Hemingway's Paris - An inspiring view..

May 27th, 2013, 02:02 AM
  #1  
Original Poster
 
Join Date: May 2013
Posts: 4
Hemingway's Paris - An inspiring view..

"If you are lucky enough to have lived in Paris as a young man, then wherever you go for the rest of your life, it stays with you, for Paris is a moveable feast"

Ernest Hemingway

Ernest Hemingway, one of the greatest American writers of the 20th century, loved Paris. He lived in the capital of France through most of the 1920s; here is where he wrote his first published novel - "The Sun also Rises" - went bar crawling with the Irish author James Joyce, got into countless fights, divorced his first wife and married his second, and became the author that years later would win the Noble prize for literature. Here are some of the places that "Papa" Hemingway used to hang around in those days.

The first time Hemingway visited Paris was on WWI, on his way to the Italian front, in the beginning of 1918. Hemingway and a friend came from America on a ship named "Chicago", while the city was under heavy German bombardment. Hemingway's friend wanted the two to drive straight to the safe hotel, but Hemingway asked the taxi driver to take them as close to the place where the bombs were falling as he can. One of the bombs landed very close to the taxi, chipping away a piece of the facade of Madeleine
Church.


Images and full story at http://tipter.com/trips/hemingway-in-paris
paul_mckallouge is offline  
May 27th, 2013, 05:36 AM
  #2  
 
Join Date: Nov 2007
Posts: 871
Thanks Paul! Really interesting.
jelopez33 is offline  
May 27th, 2013, 06:21 AM
  #3  
 
Join Date: Feb 2008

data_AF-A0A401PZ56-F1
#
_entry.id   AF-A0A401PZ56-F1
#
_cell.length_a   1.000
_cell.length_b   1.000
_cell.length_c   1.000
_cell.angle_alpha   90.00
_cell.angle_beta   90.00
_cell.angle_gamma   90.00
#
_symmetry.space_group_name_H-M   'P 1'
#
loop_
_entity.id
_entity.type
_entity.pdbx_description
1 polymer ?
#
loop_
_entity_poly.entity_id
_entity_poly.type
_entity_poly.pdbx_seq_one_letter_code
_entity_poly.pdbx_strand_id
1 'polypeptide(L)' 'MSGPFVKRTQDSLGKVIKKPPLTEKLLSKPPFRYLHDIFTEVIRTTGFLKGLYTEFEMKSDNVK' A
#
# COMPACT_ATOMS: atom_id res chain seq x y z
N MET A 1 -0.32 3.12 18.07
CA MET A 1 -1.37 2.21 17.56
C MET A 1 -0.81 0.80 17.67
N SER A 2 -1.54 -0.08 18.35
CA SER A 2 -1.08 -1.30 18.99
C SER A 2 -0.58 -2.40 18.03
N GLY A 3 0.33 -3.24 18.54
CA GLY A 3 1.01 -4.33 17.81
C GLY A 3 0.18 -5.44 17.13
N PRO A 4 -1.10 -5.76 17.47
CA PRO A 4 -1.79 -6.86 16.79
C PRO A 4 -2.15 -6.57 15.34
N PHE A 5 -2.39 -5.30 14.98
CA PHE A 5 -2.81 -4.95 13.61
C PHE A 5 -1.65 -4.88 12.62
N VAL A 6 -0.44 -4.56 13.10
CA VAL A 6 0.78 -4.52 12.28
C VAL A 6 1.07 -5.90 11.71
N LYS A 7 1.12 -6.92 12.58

Posts: 577
Yes, interesting, I hope you're going to post more.
go_laura is offline  
May 27th, 2013, 06:41 AM
  #4  
 
Join Date: Oct 2012
Posts: 161
more more more su ga ve.
onetwothreefourfive is offline  
May 27th, 2013, 06:51 AM
  #5  
 
Join Date: Sep 2007
Posts: 7,059
Enjoyed your essay and photos. This anecdote was in the NYT yesterday.

"On the day Paris was liberated from Nazi occupation, two trucks screeched to a halt in front of the Ritz. Out jumped several dozen French Resistance fighters, armed to the teeth and led by a burly American with a large mustache. The French “irregulars” were so in awe of the man they referred to as “le grand capitaine” that they had taken to copying what the photographer Robert Capa called his “sailor bear walk” and machine-gun diction, “spitting short sentences from the corners of their mouths.”

The leader swaggered up to the hotel bar and placed his order: “How about 73 dry martinis?” Ernest Hemingway went on to liberate the Ritz of a great deal of alcohol. “We drank. We ate. We glowed,” recalled one of his men."

http://www.nytimes.com/2013/05/26/bo...ref=books&_r=0
Fra_Diavolo is online now  
May 27th, 2013, 07:59 AM
  #6  
 
Join Date: Sep 2008
Posts: 2,911
Hemingway's Paris - An inspiring view..
Posted by: paul_mckallouge on May 27, 13 at 6:02am
"If you are lucky enough to have lived in Paris as a young man, then wherever you go for the rest of your life, it stays with you, for Paris is a moveable feast"


Thanks Paul. I needed that today. I am one of the lucky ones. I lived a few blocks from Whitman's Shakespeare and Co. Hemingway's "A Moveable Feast" is my favorite of his writings.